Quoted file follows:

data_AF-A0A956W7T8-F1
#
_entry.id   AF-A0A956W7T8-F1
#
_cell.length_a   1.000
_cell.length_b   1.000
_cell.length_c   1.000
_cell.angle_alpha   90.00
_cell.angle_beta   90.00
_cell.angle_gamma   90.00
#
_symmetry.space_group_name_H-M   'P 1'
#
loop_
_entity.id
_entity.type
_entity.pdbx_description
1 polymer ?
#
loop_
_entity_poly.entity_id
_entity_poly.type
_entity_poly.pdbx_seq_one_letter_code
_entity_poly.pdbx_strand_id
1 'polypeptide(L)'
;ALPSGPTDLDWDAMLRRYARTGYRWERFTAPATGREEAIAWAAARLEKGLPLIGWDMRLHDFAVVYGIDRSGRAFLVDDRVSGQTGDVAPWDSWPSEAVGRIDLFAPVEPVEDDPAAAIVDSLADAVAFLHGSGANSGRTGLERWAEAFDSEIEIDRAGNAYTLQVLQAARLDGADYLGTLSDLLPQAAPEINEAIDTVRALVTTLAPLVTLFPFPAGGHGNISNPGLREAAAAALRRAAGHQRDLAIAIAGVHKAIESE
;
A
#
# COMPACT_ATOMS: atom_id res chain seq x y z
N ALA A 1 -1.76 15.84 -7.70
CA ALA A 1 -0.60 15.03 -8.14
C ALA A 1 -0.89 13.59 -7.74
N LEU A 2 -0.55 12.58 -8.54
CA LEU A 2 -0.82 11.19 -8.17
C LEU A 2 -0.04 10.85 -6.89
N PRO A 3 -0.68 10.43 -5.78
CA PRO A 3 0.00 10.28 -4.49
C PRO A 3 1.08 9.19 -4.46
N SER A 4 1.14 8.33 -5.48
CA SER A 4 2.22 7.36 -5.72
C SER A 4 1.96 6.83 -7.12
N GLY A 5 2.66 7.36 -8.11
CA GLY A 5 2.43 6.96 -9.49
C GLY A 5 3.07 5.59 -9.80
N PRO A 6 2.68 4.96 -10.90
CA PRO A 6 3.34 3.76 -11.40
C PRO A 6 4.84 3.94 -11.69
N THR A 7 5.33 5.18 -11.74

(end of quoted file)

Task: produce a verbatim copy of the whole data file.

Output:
data_AF-A0A956W7T8-F1
#
_entry.id   AF-A0A956W7T8-F1
#
_cell.length_a   1.000
_cell.length_b   1.000
_cell.length_c   1.000
_cell.angle_alpha   90.00
_cell.angle_beta   90.00
_cell.angle_gamma   90.00
#
_symmetry.space_group_name_H-M   'P 1'
#
loop_
_entity.id
_entity.type
_entity.pdbx_description
1 polymer ?
#
loop_
_entity_poly.entity_id
_entity_poly.type
_entity_poly.pdbx_seq_one_letter_code
_entity_poly.pdbx_strand_id
1 'polypeptide(L)'
;ALPSGPTDLDWDAMLRRYARTGYRWERFTAPATGREEAIAWAAARLEKGLPLIGWDMRLHDFAVVYGIDRSGRAFLVDDRVSGQTGDVAPWDSWPSEAVGRIDLFAPVEPVEDDPAAAIVDSLADAVAFLHGSGANSGRTGLERWAEAFDSEIEIDRAGNAYTLQVLQAARLDGADYLGTLSDLLPQAAPEINEAIDTVRALVTTLAPLVTLFPFPAGGHGNISNPGLREAAAAALRRAAGHQRDLAIAIAGVHKAIESE
;
A
#
# COMPACT_ATOMS: atom_id res chain seq x y z
N ALA A 1 -1.76 15.84 -7.70
CA ALA A 1 -0.60 15.03 -8.14
C ALA A 1 -0.89 13.59 -7.74
N LEU A 2 -0.55 12.58 -8.54
CA LEU A 2 -0.82 11.19 -8.17
C LEU A 2 -0.04 10.85 -6.89
N PRO A 3 -0.68 10.43 -5.78
CA PRO A 3 0.00 10.28 -4.49
C PRO A 3 1.08 9.19 -4.46
N SER A 4 1.14 8.33 -5.48
CA SER A 4 2.22 7.36 -5.72
C SER A 4 1.96 6.83 -7.12
N GLY A 5 2.66 7.36 -8.11
CA GLY A 5 2.43 6.96 -9.49
C GLY A 5 3.07 5.59 -9.80
N PRO A 6 2.68 4.96 -10.90
CA PRO A 6 3.34 3.76 -11.40
C PRO A 6 4.84 3.94 -11.69
N THR A 7 5.33 5.18 -11.74